June 29, 2016

Equal pay starts in middle school

There's a gender gap in technology, and the founder of Girls Who Code wants to change that

Photo courtesy of Girls Who Code

This essay first appeared on Medium.

A recent Glassdoor report showed the largest pay gap in the U.S. exists among computer programmers, with women making on average 71.7¢ to every dollar her male counterpart would make. The pay gap among programmers ranks slightly above chefs (71.9¢), dentists (71.9¢), and C-suite professionals (72.3¢), according to the report. As someone who is passionate about getting girls to pursue careers in computer science, these findings are disappointing. For years, jobs in computing were seen to have one of the smallest pay gaps in the country, one of the reasons being more flexible work hours inherent to the industry. Facebook and Microsoft just confirmed they pay men and women equally. Though there’s competing information about how big the pay gap in computer science is, we can all acknowledge it’s there and it’s a real issue. I applaud companies that have taken steps to actually do something about it. This year Salesforce invested $3 million in adjustments to employee salaries to make sure women and men are paid equally. Transparent salary policies are a step in the right direction, but they don’t address the many factors that contribute to this issue before a woman has landed her first job.

To close the pay gap, we need to address the barriers to getting top paying jobs much earlier. When you have a disproportionate amount of men at the top making salary and promotion decisions, there’s a far greater chance you’ll see unequal salary and promotion policies in the organization. Addressing the issue in the workplace helps, but if we really want to fix it we need to start in middle school.

We still live in a world where math and science are "for boys." Girls are picking up on these messages and are opting out at a very young age.

Girls Who Code was founded in 2012 to close the gender gap in computer science. To see how we could intervene programmatically, we first had to figure out where and why these drop-offs were happening. What we discovered was the gender gap in computing doesn’t start when a woman lands her first job or when she goes off to college—it starts in middle school. Poor media portrayals and a lack of role models are largely to blame for this. If you need an example of why, just turn on any show portraying computer scientists and you will typically see a nerdy guy in a hoodie, typing away in a basement. We still live in a world where math and science are “for boys.” Girls are picking up on these messages and are opting out at a very young age.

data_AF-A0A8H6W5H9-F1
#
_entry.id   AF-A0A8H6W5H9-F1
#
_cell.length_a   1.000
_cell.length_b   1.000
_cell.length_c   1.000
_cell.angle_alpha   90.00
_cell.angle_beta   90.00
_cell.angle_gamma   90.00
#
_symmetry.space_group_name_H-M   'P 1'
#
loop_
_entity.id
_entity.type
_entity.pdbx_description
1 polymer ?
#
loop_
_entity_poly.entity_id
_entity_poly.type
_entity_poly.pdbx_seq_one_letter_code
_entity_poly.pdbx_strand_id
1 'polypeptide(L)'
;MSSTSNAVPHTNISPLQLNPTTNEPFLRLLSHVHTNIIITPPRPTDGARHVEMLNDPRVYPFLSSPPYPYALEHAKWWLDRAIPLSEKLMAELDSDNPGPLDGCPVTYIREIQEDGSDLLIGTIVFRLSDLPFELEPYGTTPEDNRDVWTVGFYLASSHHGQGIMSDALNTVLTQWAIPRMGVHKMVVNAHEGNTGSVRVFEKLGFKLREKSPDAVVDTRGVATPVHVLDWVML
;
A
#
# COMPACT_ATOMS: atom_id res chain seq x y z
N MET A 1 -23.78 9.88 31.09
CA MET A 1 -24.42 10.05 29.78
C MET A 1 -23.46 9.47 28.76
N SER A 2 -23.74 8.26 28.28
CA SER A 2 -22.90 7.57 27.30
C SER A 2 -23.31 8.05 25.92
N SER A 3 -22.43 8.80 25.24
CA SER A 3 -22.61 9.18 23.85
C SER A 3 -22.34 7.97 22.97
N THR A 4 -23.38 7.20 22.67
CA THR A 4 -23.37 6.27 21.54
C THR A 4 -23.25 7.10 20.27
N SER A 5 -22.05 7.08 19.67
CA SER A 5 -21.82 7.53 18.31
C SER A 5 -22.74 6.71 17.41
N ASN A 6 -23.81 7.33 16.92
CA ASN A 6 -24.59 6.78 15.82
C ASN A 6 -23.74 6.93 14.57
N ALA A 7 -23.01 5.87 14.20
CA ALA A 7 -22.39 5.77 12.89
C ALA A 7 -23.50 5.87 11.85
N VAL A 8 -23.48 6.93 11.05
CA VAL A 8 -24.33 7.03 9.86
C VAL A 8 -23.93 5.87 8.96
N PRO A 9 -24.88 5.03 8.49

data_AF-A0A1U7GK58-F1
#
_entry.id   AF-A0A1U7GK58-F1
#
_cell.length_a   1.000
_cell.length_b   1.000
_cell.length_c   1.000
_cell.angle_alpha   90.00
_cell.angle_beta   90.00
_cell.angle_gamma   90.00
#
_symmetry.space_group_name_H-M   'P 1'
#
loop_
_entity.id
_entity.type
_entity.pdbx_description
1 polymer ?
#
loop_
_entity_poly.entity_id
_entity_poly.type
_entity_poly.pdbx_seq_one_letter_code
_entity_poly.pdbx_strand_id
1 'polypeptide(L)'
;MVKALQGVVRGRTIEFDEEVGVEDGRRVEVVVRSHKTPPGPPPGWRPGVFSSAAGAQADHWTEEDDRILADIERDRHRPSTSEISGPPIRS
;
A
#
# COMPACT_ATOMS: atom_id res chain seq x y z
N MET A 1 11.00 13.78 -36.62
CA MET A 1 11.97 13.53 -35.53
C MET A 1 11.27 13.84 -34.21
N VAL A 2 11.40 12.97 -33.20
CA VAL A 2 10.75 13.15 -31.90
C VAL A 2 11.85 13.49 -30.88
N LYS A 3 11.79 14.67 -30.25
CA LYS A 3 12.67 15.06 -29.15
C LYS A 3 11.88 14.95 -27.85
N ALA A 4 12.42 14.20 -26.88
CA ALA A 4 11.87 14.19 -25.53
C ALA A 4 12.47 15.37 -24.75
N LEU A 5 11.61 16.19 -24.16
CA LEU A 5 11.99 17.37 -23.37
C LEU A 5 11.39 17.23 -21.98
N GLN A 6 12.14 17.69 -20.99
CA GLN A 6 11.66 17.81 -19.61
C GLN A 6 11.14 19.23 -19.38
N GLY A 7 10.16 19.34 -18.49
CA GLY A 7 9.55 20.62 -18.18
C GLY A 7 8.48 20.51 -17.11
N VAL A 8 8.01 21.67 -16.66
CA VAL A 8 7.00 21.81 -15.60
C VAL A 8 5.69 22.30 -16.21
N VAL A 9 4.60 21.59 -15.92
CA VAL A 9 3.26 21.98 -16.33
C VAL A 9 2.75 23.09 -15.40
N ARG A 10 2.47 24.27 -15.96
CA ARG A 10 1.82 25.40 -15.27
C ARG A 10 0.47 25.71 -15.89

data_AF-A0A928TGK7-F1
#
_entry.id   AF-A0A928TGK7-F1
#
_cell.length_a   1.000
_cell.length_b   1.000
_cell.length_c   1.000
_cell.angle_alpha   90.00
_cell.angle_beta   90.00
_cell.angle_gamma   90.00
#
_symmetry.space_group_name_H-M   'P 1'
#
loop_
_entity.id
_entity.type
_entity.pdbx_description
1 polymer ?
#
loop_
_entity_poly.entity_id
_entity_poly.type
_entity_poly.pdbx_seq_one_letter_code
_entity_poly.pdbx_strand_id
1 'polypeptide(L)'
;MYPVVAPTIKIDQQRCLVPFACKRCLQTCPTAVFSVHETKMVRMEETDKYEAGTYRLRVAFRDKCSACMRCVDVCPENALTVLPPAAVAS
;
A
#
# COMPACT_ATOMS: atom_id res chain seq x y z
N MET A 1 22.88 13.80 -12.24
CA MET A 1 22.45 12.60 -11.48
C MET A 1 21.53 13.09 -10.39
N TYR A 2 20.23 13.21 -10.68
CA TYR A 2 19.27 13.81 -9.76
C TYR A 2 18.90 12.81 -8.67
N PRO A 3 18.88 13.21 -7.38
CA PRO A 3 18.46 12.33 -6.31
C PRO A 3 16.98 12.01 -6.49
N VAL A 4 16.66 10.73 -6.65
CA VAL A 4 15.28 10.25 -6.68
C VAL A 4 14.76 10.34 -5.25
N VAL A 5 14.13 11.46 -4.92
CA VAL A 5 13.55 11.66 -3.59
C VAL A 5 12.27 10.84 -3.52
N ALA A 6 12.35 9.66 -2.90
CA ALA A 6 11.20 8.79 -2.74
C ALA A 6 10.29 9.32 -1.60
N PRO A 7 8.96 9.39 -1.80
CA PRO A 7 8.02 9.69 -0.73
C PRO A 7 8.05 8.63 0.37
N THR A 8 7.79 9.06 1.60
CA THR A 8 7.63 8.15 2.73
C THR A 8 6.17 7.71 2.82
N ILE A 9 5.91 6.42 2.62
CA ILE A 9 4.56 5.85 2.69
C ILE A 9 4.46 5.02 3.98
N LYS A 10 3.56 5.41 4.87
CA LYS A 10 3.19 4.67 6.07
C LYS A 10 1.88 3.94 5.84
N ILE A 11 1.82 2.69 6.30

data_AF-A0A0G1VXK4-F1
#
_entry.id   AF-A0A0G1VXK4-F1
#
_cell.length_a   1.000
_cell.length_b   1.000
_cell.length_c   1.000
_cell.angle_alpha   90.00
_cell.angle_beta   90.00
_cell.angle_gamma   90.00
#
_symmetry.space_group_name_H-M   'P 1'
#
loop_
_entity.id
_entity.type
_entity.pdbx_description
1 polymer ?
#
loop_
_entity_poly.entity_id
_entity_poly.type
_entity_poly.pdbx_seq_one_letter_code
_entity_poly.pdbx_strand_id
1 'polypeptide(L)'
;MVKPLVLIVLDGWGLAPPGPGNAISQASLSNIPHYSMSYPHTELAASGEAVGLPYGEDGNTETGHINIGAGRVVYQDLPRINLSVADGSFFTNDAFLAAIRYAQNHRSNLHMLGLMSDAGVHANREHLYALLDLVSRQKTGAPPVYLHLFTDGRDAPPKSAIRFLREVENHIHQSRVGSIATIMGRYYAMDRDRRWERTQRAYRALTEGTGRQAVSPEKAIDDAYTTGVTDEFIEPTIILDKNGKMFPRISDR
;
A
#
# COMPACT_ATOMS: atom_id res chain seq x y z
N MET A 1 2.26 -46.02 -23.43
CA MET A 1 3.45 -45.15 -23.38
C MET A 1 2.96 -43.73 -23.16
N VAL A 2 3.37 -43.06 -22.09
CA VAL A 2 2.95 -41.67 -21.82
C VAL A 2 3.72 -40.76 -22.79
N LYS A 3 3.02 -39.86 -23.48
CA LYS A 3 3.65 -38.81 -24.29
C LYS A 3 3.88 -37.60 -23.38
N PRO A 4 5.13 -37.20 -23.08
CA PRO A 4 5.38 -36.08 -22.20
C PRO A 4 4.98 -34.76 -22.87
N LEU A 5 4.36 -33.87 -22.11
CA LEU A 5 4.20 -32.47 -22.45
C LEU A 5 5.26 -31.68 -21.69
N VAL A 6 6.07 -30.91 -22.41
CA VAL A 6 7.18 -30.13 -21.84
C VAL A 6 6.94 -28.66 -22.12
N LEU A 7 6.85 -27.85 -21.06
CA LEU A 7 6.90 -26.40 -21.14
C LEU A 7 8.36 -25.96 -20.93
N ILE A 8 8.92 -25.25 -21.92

Girls Who Code addresses these barriers by offering year-round programming for girls ages 13-17 through our Clubs and Summer Immersion programs. We teach girls-first project-based computer science curriculum in a highly collaborative environment. We foster a sense of sisterhood amongst the girls and introduce them to mentors working in positions they aspire to be in.

By the end of this year we’ll have taught more than 40,000 girls in every state across the U.S. That’s four times the number of women currently graduating with a degree in computer science. My hope is that by the time our girls enter the workforce they will not only feel equipped for a job but prepared for a career in a traditionally male-dominated field. Addressing the gap early on in a woman’s life is the key to prepare her for equal opportunities in her field.

Top photo by Flickr user Michael 1952

Reshma Saujani

Founder and CEO of Girls Who Code

Reshma Saujani is the founder and CEO of Girls Who Code and author of "Women Who Don't Wait in Line." While running for Congress in 2010, Saujani visited computer science classrooms around New York City and walked away with the same question: where are the girls? In 2012 she founded Girls Who Code with 20 students. At the end of this year, the organization will have served more than 40,000 girls in all 50 states.